I might add that if your engineer stamps the plans, and you as the contractor make a substitution without his or her approval, the engineer -- not you -- is still liable if there's a problem. This may explain why engineers tend to be a bit fussy about knowing about changes. He or she would have to show that he or she did not know and could not have known about your change (that was thrashed out in the Hartford (CT) Coliseum roof collapse a few years back).
    Br. Jamie, osb
    Building superintendent/caretaker, 7200 sq. ft. historic house museum with dependencies in New England
  • hot_rod
    hot_rod Member Posts: 16,875
    A number of our reps do design work for the engineers that have little or know experience in certain disciplines.
    The biggest hurdle for the engineer or firm is knowing how to properly use the Sim software. I suppose when the design shows up at the engineering office on a tube manufacturers simulation program, done by someone with practical experience, they are willing to embrace the design?
    Bob "hot rod" Rohr
    trainer for Caleffi NA
    Living the hydronic dream
  • Jamie Hall
    Jamie Hall Member Posts: 19,423
    Almost always, @hot_rod , yes. But with one reservation: they have to have confidence in the people running the program and their practical experience. Whether it's good, bad, discriminatory, whatever, I and every engineer I've ever known were kind of interested in the reputation of the specialists we relied for some of this sort of thing and, very honestly (I'm retired from all that and in a very different profession now!) I have to admit that in various fields where I relied on specialists, there were always some firms or individuals I'd go to every time -- and some I wouldn't have touched with a ten foot pole.

    Sometimes bitter experience. Sometimes just "a feeling". Sometimes gossip among contractors or other engineers.

    That positive glow of which the above paragraph is sort of the inverse is "good will". Unmeasurable. Priceless. Hard to develop -- but all too easy to lose.

    You all -- that is, Caleffi -- have good will in spades, though! Keep it up!
    Br. Jamie, osb
    Building superintendent/caretaker, 7200 sq. ft. historic house museum with dependencies in New England
    hot_rod
  • hot_rod
    hot_rod Member Posts: 16,875
     Engineers are usually good at ferreting out the knowledgeable partners. They know the questions to ask.  And the factory tech guys can steer them to the reputable ones.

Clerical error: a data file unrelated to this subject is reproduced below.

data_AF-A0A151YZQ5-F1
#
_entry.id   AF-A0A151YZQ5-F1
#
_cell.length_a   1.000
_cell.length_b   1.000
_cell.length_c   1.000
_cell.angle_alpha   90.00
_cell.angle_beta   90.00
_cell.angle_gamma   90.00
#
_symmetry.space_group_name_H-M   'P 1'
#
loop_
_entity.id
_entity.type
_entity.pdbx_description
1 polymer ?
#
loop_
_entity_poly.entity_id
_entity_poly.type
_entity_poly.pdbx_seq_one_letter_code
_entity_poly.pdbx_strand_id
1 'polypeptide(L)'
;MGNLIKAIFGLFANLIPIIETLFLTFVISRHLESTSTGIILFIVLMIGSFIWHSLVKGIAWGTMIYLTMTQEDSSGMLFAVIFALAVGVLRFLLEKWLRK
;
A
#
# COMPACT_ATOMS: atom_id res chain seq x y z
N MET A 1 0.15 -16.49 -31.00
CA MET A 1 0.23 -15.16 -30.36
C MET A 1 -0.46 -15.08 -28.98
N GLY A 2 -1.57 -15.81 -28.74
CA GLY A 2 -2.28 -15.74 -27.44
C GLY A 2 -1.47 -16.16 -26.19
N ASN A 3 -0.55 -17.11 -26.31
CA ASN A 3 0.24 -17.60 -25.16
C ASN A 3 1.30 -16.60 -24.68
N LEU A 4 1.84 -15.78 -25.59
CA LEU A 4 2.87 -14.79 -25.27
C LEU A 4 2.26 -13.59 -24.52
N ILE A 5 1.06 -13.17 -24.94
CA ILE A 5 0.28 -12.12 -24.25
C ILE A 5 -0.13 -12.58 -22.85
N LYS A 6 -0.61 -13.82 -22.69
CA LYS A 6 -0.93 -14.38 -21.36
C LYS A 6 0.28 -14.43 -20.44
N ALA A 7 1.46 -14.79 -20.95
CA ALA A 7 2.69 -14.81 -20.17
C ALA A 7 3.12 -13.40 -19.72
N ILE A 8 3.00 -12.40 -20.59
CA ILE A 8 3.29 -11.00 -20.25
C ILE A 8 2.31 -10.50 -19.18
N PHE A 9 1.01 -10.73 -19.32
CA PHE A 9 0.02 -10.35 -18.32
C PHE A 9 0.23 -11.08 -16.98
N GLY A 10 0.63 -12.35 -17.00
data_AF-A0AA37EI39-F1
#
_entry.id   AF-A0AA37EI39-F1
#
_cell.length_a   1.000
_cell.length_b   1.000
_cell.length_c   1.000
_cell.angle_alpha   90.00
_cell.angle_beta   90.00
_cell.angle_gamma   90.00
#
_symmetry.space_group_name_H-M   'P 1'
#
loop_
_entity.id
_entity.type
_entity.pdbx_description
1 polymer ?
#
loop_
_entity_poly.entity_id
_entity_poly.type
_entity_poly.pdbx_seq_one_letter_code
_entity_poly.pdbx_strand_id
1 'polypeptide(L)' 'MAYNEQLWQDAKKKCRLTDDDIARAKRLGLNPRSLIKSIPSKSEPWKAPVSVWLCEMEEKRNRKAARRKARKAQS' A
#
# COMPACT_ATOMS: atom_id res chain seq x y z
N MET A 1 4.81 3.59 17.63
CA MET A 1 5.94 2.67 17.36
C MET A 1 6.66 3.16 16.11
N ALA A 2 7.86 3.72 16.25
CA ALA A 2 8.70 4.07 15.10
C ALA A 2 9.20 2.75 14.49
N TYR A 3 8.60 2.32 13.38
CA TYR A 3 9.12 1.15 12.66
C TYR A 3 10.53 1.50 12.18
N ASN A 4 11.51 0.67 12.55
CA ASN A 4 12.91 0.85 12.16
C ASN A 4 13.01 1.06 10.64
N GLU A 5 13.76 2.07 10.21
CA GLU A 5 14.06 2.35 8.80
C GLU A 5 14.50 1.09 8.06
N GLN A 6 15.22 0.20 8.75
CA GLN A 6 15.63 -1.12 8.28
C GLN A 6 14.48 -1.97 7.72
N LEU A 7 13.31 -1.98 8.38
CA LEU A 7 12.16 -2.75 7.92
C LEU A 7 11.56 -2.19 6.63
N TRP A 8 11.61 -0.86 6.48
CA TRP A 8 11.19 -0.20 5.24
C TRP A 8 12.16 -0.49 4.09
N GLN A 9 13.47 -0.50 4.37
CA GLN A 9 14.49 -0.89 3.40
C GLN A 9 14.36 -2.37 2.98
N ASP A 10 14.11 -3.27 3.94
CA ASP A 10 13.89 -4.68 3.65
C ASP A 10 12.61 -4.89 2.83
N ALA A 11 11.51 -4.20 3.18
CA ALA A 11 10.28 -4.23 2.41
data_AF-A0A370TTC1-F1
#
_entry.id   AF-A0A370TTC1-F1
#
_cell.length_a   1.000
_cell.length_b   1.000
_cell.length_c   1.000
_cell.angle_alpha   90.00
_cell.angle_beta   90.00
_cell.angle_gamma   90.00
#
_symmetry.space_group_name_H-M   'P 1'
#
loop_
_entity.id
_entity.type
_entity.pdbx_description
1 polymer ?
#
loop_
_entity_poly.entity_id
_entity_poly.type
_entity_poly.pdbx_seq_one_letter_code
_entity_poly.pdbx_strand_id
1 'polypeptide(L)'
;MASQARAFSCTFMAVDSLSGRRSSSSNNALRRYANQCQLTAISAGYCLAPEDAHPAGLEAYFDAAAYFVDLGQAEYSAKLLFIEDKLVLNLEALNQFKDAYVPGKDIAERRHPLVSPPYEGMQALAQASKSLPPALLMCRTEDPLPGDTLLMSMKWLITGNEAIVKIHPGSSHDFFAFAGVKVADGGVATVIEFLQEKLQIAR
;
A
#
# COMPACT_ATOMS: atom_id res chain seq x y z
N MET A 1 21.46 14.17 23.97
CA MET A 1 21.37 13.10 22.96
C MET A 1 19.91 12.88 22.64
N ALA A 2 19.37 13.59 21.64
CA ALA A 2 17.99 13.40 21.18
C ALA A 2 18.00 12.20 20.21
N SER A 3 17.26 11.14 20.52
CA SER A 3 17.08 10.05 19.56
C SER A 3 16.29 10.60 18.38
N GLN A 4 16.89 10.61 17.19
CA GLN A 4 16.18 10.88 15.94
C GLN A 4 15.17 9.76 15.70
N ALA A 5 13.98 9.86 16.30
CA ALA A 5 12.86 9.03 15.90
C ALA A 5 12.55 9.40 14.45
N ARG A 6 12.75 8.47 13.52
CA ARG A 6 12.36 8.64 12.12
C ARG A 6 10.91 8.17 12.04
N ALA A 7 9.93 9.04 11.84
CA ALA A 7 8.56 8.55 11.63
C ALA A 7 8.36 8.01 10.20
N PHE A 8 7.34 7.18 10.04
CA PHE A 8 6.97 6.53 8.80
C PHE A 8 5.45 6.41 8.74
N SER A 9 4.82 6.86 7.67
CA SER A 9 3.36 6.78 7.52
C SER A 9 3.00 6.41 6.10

In a handful of cases our reps are also degreed engineers.
    No different in other professions I suppose, lawyers, doctors, car mechanics, steam experts, etc

    Bad reputations spread more quickly then good in todays SM world, it seems
    Bob "hot rod" Rohr
    trainer for Caleffi NA
    Living the hydronic dream
  • GGross
    GGross Member Posts: 244
    @hot_rod
    Let's celebrate a great reputation then! Caleffi has been fortunate enough to have one of my favorite reps handling the line in Michigan. Specifically Jim Eardley, who I would put right at the top of my list of reps that I can rely on.
  • Rich_49
    Rich_49 Member Posts: 2,695
    Should be available in November .

    https://www.tacocomfort.com/product/system-m/
    You didn't get what you didn't pay for and it will never be what you thought it would .
    Langans Plumbing & Heating LLC
    732-751-1560
    Serving most of New Jersey, Eastern Pa .
    Consultation, Design & Installation anywhere
    Rich McGrath 732-581-3833
  • hot_rod
    hot_rod Member Posts: 16,875
    GGross said:

    @hot_rod
    Let's celebrate a great reputation then! Caleffi has been fortunate enough to have one of my favorite reps handling the line in Michigan. Specifically Jim Eardley, who I would put right at the top of my list of reps that I can rely on.

    Gotta love Jim Eardley, always fun to travel with him
    Bob "hot rod" Rohr
    trainer for Caleffi NA
    Living the hydronic dream
  • Wayco Wayne_2
    Wayco Wayne_2 Member Posts: 2,476
    Hahahaha. I just checked this thread and the responses to my tongue in cheek comment about me helping the Engineer. In this case they seemed smart enough to listen, and I hope that they take what I say and apply their knowledge to the design. My brother has a good story about a party he went to at his friends house. His friend was an engineer and everyone there was an engineer of some kind. My brother is a master carpenter, and had over the years built many things having to meet code and knows how to draw up plans. Someone came up to him at this party and asked what kind of engineer he was. He told them he was a "Practical Engineer." He said he left the guy with a puzzled look on his face while he walked away pleased with his answer.